‘Where you from, you sexy thing?’ Popular Music, Space, and Masculinity in The Full Monty

Elena Boschi

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    Questions of class, masculinity, and diversity are a recurrent theme in debates about The Full Monty (1997) but, despite their prominent role in the story, songs are not discussed as a significant element in the film’s representation of white working-class masculinity. In this article, I examine The Full Monty’s soundtrack, showing how the characters’ wounded masculinities are (re)constructed through music and considering the connotative baggage brought into the film by songs, often heard through visible devices which act as a signifier alongside the music. Songs of other non-dominant identities – women, non-white, and queer – enhance The Full Monty’s audiovisually inclusive image, amplifying these identities despite their otherwise problematic representations and serving a temporary reclamation of damaged white working-class masculinity after the dismantling of heavy industry in post-Thatcher Britain. However, despite its aural reimagining of a diverse working-class masculinity, the way women, non-white, and queer characters are represented weakens the musical connections between jobless white men and these non-dominant identities.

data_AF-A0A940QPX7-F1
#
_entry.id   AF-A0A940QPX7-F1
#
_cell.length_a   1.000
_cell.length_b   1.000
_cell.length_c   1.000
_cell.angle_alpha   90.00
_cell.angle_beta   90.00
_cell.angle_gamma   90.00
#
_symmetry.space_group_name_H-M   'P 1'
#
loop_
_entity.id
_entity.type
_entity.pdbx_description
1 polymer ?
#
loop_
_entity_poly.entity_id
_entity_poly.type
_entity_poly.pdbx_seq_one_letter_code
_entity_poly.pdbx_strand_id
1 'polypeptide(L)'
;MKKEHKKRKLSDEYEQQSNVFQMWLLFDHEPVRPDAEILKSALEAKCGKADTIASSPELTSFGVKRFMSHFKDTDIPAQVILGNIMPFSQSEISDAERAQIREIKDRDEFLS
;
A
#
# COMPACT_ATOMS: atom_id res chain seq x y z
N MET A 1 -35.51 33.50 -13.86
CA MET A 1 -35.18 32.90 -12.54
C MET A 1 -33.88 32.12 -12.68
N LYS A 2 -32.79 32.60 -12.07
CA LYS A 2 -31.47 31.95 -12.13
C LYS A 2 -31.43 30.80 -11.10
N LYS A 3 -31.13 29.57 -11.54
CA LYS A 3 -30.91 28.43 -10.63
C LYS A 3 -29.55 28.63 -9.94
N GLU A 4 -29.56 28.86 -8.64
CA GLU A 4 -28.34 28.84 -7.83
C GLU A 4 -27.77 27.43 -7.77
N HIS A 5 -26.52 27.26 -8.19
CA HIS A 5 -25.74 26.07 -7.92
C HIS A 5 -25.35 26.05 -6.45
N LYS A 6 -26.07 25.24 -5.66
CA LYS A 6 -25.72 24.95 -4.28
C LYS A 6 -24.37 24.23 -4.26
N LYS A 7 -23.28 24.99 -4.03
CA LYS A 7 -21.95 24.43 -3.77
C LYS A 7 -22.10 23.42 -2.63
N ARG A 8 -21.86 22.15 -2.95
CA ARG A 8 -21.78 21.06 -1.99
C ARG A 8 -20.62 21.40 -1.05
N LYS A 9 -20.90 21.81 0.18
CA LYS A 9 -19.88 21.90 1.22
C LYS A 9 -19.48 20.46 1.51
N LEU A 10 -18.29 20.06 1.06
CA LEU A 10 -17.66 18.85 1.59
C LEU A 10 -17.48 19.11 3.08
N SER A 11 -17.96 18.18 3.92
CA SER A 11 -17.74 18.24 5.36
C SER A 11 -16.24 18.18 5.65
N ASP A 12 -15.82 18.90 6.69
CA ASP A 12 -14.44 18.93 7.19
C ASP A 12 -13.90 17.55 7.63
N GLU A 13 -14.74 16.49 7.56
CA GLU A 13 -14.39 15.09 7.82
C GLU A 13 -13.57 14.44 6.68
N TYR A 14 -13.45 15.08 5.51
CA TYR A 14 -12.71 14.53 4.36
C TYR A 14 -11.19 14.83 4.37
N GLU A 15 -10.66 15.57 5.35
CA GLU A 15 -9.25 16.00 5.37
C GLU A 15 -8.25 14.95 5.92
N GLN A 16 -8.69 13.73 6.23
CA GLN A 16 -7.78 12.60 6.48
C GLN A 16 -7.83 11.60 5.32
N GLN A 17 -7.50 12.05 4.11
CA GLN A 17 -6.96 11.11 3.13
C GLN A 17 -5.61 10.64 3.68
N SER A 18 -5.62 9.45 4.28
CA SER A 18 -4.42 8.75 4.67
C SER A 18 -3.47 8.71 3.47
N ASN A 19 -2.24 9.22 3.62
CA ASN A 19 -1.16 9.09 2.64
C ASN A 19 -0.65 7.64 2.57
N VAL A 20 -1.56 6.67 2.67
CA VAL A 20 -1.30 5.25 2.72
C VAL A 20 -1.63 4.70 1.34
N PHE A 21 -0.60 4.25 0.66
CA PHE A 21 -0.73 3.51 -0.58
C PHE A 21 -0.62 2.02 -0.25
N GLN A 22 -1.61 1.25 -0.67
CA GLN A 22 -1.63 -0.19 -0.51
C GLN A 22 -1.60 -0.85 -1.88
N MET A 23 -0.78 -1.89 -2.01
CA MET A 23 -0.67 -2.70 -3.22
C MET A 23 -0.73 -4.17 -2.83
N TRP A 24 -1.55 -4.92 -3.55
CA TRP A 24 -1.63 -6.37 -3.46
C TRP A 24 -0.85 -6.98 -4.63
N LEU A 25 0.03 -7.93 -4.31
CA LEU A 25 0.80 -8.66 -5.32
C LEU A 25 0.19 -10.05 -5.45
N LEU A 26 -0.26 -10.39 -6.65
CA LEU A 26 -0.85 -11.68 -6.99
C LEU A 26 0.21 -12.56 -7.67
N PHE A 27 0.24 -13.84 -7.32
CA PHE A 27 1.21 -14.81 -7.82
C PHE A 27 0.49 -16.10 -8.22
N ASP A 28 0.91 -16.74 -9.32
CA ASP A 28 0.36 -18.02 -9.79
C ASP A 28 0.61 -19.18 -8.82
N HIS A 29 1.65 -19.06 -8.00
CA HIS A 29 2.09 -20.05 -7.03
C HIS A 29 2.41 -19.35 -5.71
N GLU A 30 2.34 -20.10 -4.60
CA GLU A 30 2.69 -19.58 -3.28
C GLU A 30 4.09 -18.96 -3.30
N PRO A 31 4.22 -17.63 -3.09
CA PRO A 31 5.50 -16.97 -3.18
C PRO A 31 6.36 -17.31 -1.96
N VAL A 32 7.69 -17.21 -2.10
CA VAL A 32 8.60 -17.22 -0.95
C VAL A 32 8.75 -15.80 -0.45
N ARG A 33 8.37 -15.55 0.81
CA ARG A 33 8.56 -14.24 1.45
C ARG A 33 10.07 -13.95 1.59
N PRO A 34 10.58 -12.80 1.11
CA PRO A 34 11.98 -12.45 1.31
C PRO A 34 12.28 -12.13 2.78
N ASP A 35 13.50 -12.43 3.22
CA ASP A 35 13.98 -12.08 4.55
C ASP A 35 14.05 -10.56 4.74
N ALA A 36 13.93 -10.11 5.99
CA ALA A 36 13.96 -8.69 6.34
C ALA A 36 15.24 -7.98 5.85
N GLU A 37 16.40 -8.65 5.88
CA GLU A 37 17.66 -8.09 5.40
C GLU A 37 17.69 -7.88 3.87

Original languageEnglish
    Pages (from-to)516-535
    JournalJournal of British Cinema and Television
    Issue number4
    Early online date21 Sept 2016
    Publication statusE-pub ahead of print - 21 Sept 2016


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